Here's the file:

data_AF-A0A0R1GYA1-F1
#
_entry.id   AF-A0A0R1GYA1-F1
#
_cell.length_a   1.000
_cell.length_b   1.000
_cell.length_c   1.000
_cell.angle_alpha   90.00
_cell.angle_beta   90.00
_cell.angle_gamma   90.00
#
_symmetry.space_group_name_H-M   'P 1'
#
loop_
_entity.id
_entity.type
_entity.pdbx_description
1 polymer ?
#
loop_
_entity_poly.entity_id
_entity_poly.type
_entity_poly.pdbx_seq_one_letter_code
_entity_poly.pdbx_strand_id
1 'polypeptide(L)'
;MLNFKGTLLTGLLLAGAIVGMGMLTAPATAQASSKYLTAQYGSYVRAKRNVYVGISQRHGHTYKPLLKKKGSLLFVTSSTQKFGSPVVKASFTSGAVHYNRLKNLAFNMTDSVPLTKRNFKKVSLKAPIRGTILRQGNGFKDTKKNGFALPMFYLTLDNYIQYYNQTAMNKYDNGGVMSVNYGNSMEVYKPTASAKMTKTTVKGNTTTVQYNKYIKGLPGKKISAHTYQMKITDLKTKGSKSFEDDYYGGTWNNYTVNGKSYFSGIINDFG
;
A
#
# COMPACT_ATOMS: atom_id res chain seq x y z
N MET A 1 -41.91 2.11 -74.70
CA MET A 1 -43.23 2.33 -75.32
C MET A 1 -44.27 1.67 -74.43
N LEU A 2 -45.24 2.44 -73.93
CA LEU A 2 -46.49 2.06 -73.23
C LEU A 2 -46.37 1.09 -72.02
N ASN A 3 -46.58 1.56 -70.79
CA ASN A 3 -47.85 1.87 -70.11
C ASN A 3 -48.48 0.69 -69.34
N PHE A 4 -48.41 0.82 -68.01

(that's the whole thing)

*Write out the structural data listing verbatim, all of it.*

data_AF-A0A0R1GYA1-F1
#
_entry.id   AF-A0A0R1GYA1-F1
#
_cell.length_a   1.000
_cell.length_b   1.000
_cell.length_c   1.000
_cell.angle_alpha   90.00
_cell.angle_beta   90.00
_cell.angle_gamma   90.00
#
_symmetry.space_group_name_H-M   'P 1'
#
loop_
_entity.id
_entity.type
_entity.pdbx_description
1 polymer ?
#
loop_
_entity_poly.entity_id
_entity_poly.type
_entity_poly.pdbx_seq_one_letter_code
_entity_poly.pdbx_strand_id
1 'polypeptide(L)'
;MLNFKGTLLTGLLLAGAIVGMGMLTAPATAQASSKYLTAQYGSYVRAKRNVYVGISQRHGHTYKPLLKKKGSLLFVTSSTQKFGSPVVKASFTSGAVHYNRLKNLAFNMTDSVPLTKRNFKKVSLKAPIRGTILRQGNGFKDTKKNGFALPMFYLTLDNYIQYYNQTAMNKYDNGGVMSVNYGNSMEVYKPTASAKMTKTTVKGNTTTVQYNKYIKGLPGKKISAHTYQMKITDLKTKGSKSFEDDYYGGTWNNYTVNGKSYFSGIINDFG
;
A
#
# COMPACT_ATOMS: atom_id res chain seq x y z
N MET A 1 -41.91 2.11 -74.70
CA MET A 1 -43.23 2.33 -75.32
C MET A 1 -44.27 1.67 -74.43
N LEU A 2 -45.24 2.44 -73.93
CA LEU A 2 -46.49 2.06 -73.23
C LEU A 2 -46.37 1.09 -72.02
N ASN A 3 -46.58 1.56 -70.79
CA ASN A 3 -47.85 1.87 -70.11
C ASN A 3 -48.48 0.69 -69.34
N PHE A 4 -48.41 0.82 -68.01